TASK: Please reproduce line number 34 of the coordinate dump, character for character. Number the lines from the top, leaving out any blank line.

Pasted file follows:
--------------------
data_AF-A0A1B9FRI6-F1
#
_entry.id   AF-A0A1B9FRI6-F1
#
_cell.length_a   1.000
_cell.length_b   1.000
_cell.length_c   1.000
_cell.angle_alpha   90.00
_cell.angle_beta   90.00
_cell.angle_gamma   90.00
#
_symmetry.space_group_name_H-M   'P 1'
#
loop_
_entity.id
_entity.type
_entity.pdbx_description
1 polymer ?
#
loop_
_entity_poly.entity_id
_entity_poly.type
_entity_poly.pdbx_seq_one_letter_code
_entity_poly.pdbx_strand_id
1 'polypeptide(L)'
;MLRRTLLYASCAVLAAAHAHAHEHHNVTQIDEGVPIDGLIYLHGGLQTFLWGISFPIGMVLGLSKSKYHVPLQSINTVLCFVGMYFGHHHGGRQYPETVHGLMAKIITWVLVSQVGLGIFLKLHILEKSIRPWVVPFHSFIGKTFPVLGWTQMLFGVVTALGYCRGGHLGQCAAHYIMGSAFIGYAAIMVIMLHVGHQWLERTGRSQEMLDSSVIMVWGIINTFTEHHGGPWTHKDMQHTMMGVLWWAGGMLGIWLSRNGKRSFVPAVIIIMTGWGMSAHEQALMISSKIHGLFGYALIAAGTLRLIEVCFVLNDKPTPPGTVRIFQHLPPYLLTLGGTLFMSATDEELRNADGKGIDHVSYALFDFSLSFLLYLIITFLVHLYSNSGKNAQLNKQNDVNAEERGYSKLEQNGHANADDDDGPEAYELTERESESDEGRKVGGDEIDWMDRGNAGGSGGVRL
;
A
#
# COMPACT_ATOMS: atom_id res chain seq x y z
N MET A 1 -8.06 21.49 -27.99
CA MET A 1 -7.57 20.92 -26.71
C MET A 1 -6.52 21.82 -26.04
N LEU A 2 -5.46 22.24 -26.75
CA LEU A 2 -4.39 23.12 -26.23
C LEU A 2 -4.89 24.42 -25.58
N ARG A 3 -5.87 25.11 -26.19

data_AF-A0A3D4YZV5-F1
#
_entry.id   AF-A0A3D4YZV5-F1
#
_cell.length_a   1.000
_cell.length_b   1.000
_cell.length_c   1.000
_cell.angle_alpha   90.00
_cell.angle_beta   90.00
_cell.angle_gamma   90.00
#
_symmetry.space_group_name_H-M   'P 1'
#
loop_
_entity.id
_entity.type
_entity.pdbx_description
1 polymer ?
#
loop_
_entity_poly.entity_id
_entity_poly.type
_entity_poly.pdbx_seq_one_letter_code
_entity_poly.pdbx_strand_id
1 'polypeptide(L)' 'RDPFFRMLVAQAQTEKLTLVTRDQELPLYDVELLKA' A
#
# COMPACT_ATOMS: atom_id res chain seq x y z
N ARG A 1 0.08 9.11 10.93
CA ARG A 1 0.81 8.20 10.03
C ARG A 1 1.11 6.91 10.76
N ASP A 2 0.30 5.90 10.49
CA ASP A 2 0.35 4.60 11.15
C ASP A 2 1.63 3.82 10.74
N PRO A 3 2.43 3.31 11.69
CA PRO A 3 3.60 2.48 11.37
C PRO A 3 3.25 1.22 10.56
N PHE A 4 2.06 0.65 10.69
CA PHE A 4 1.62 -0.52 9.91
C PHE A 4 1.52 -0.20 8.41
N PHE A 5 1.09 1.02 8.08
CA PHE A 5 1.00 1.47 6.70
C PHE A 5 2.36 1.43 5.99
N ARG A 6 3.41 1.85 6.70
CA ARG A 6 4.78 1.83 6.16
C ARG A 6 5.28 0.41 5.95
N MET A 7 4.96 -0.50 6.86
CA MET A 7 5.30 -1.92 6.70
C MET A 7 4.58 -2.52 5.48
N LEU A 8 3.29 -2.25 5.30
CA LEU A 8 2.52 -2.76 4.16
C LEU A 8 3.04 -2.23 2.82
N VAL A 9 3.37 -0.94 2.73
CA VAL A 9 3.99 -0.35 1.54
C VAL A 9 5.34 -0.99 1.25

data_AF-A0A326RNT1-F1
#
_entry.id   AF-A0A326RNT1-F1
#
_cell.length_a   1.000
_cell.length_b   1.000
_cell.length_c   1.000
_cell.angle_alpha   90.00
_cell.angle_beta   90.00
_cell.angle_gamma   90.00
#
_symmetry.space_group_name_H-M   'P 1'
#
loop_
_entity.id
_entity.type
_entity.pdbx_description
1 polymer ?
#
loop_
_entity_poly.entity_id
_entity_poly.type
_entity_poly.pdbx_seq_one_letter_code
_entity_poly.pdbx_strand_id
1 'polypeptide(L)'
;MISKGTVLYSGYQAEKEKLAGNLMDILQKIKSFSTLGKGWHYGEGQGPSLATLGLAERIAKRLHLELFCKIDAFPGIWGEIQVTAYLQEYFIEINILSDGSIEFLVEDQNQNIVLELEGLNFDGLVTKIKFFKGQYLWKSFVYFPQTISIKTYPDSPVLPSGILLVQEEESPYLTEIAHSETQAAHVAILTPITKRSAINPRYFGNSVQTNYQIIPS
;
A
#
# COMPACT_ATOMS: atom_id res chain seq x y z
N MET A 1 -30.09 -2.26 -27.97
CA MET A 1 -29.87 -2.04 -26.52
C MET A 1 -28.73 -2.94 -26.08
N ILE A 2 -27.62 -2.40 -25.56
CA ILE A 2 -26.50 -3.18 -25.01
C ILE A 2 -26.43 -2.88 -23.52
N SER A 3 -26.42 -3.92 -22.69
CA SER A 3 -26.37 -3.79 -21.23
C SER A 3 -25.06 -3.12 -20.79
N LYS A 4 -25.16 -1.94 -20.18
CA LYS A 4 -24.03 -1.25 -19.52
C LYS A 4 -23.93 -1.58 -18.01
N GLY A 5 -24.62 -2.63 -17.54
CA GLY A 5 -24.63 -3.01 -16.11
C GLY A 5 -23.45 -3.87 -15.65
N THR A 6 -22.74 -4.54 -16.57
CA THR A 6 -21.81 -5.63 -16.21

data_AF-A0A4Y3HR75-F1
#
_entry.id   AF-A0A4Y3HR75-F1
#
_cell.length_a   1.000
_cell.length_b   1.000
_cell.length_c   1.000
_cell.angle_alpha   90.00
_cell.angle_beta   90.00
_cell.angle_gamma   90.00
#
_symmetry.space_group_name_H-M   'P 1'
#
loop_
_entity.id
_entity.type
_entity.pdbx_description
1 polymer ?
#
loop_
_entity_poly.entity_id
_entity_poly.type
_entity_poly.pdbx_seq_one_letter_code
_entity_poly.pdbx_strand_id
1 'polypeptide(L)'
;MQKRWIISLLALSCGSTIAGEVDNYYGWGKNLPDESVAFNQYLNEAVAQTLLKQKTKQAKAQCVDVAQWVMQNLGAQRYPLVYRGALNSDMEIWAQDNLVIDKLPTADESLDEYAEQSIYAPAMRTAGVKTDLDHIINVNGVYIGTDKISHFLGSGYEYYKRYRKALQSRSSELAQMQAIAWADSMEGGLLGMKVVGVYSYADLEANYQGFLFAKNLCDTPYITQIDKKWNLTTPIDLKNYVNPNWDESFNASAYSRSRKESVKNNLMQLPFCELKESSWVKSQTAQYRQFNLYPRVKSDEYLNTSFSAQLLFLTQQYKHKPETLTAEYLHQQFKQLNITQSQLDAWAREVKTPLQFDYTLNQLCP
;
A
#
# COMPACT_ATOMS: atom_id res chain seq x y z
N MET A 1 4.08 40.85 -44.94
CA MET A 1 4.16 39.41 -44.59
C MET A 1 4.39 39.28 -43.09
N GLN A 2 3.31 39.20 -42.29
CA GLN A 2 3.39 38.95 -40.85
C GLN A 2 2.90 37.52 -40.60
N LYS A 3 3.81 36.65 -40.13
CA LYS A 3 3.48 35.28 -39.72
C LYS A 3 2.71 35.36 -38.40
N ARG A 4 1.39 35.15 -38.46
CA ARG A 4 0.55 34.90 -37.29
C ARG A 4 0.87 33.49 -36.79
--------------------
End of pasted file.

N LEU A 2 -5.46 22.24 -26.75